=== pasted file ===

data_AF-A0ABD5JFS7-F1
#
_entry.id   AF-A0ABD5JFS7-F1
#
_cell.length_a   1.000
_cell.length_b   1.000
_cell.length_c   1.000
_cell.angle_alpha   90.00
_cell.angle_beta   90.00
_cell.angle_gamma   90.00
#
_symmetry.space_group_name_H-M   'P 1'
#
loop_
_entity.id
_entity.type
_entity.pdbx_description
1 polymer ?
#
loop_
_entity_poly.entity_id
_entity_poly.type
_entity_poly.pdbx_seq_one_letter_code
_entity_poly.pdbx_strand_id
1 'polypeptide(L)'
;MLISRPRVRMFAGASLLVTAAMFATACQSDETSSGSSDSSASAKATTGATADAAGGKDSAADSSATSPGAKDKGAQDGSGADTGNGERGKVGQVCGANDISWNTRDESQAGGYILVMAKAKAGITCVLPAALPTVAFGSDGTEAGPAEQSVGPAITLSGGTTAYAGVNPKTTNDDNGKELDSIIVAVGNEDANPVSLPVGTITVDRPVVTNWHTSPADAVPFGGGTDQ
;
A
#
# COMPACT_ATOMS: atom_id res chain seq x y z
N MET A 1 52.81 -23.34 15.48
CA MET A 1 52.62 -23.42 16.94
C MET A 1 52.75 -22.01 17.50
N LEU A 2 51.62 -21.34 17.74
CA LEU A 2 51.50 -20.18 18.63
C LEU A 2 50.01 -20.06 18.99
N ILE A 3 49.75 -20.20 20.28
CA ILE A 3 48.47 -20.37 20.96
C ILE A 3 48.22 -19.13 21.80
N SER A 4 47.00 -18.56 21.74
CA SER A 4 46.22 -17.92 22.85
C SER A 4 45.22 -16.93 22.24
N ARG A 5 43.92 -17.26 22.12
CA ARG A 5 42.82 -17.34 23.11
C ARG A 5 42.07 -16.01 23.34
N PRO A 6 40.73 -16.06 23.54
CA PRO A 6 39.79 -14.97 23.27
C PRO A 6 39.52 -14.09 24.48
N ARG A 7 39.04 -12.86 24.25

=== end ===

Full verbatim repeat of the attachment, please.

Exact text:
data_AF-A0ABD5JFS7-F1
#
_entry.id   AF-A0ABD5JFS7-F1
#
_cell.length_a   1.000
_cell.length_b   1.000
_cell.length_c   1.000
_cell.angle_alpha   90.00
_cell.angle_beta   90.00
_cell.angle_gamma   90.00
#
_symmetry.space_group_name_H-M   'P 1'
#
loop_
_entity.id
_entity.type
_entity.pdbx_description
1 polymer ?
#
loop_
_entity_poly.entity_id
_entity_poly.type
_entity_poly.pdbx_seq_one_letter_code
_entity_poly.pdbx_strand_id
1 'polypeptide(L)'
;MLISRPRVRMFAGASLLVTAAMFATACQSDETSSGSSDSSASAKATTGATADAAGGKDSAADSSATSPGAKDKGAQDGSGADTGNGERGKVGQVCGANDISWNTRDESQAGGYILVMAKAKAGITCVLPAALPTVAFGSDGTEAGPAEQSVGPAITLSGGTTAYAGVNPKTTNDDNGKELDSIIVAVGNEDANPVSLPVGTITVDRPVVTNWHTSPADAVPFGGGTDQ
;
A
#
# COMPACT_ATOMS: atom_id res chain seq x y z
N MET A 1 52.81 -23.34 15.48
CA MET A 1 52.62 -23.42 16.94
C MET A 1 52.75 -22.01 17.50
N LEU A 2 51.62 -21.34 17.74
CA LEU A 2 51.50 -20.18 18.63
C LEU A 2 50.01 -20.06 18.99
N ILE A 3 49.75 -20.20 20.28
CA ILE A 3 48.47 -20.37 20.96
C ILE A 3 48.22 -19.13 21.80
N SER A 4 47.00 -18.56 21.74
CA SER A 4 46.22 -17.92 22.85
C SER A 4 45.22 -16.93 22.24
N ARG A 5 43.92 -17.26 22.12
CA ARG A 5 42.82 -17.34 23.11
C ARG A 5 42.07 -16.01 23.34
N PRO A 6 40.73 -16.06 23.54
CA PRO A 6 39.79 -14.97 23.27
C PRO A 6 39.52 -14.09 24.48
N ARG A 7 39.04 -12.86 24.25